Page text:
In a comment to the post below Rosemary, a regular commenter on this site, raises questions about whether we who engage in hermeneutics, via blogs such as this, are helpful or unhelpful in the cause of building up God's people. Rosemary is especially concerned that hermeneuticists may be (a) confusing that which is clear (b) denigrating God's ability to communicate and clearly to his people for all ages through his revealed word, and (c) even going so far as to claim that God is wrong on some matters.
These are grave charges, as Rosemary points out, for Scripture has some serious warnings for false teachers.
In response I would say, first, that certainly it is possible that I am wrong.
Secondly, hermeneuticists need always to be alert to the possibility that we are playing a devilish role in the sense that, like the serpent in the Garden of Eden, we are mischievously asking the question, "Did God really say that?" Worse, we can go on to presume that our knowledge of a matter is greater than God's knowledge, so that, in the end we aspire to play the role of God, or at least the role of Jesus, "You have heard it said, but I say unto you ..."
Thirdly, hermeneuticists could become so ensnared in the detail of their work that they unconsciously become purveyers of confusion instead of carefully dedicated to the goal of clarity.
But what if a hermeneuticist avoids these dangers, and carefully works away at issues of interpretation? Is this a wrongful activity, full-stop?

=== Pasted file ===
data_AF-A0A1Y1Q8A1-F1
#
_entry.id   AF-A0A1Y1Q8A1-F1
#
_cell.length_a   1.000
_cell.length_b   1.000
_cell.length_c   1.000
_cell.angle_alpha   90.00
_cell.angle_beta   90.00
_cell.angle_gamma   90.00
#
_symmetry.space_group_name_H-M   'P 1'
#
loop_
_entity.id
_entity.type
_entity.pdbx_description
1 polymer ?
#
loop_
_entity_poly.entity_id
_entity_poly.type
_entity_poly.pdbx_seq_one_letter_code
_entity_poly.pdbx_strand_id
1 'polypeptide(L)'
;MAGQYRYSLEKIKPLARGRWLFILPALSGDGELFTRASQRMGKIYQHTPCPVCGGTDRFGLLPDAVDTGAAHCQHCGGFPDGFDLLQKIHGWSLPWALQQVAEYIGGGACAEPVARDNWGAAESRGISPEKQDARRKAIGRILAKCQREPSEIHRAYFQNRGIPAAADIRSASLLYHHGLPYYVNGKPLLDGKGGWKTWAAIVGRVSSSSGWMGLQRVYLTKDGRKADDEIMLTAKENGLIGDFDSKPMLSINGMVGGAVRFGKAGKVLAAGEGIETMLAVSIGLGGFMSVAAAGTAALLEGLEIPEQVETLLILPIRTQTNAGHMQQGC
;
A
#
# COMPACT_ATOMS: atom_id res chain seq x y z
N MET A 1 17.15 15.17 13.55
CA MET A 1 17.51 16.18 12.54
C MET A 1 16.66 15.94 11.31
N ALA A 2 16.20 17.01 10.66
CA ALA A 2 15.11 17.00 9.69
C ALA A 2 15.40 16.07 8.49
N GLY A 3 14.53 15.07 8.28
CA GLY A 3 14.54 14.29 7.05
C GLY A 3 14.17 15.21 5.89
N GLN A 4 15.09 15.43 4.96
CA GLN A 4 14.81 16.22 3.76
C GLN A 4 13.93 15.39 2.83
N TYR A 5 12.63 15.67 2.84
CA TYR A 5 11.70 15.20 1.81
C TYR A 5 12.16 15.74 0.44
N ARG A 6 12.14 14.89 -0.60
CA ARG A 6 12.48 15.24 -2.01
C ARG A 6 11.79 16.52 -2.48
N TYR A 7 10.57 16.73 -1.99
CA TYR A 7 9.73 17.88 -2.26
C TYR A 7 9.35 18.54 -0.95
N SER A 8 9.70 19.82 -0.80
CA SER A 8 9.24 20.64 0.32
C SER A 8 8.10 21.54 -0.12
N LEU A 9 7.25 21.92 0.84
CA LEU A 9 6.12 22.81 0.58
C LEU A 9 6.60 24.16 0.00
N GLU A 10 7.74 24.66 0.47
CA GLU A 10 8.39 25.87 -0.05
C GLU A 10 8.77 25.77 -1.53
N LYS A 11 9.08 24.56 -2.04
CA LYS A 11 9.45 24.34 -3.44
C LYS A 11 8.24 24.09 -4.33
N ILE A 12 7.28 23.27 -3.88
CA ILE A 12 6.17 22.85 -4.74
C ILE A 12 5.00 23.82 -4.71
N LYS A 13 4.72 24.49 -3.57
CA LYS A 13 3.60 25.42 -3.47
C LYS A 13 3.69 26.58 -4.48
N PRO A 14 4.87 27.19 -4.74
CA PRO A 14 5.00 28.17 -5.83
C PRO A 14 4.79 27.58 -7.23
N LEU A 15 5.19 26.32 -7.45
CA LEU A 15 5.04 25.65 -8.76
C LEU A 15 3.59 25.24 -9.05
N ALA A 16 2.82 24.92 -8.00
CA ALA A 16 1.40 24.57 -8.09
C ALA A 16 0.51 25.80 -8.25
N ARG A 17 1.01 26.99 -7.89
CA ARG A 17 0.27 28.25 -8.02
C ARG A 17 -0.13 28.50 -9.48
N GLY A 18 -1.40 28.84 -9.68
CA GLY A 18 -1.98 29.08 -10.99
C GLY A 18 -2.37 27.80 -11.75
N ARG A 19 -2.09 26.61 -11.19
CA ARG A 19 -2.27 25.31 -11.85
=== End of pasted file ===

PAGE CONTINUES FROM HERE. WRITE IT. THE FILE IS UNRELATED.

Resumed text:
Not at all. Every Christian is involved in the work of hermeneutics. Every preacher is a hermeneuticist. Here is a very simple test case. Has any reader of this blog sold all they have and given the proceeds to the poor? I suspect none have. Why not? I suspect each reader who has not done this has determined, through an act of interpretation of Scripture that Jesus' words to this end do not apply to them. The reasoning they would give would involve classic 'hermeneutical moves': reading the text in context, asking questions about applicability to every time and place, comparing this text with other texts (which, in respect of this case, make presumptions about Christian disciples owning possessions and using them wisely etc).
There is more to say, but I need to stop for tonight!
Markus Barth Conference at Princeton
1 day ago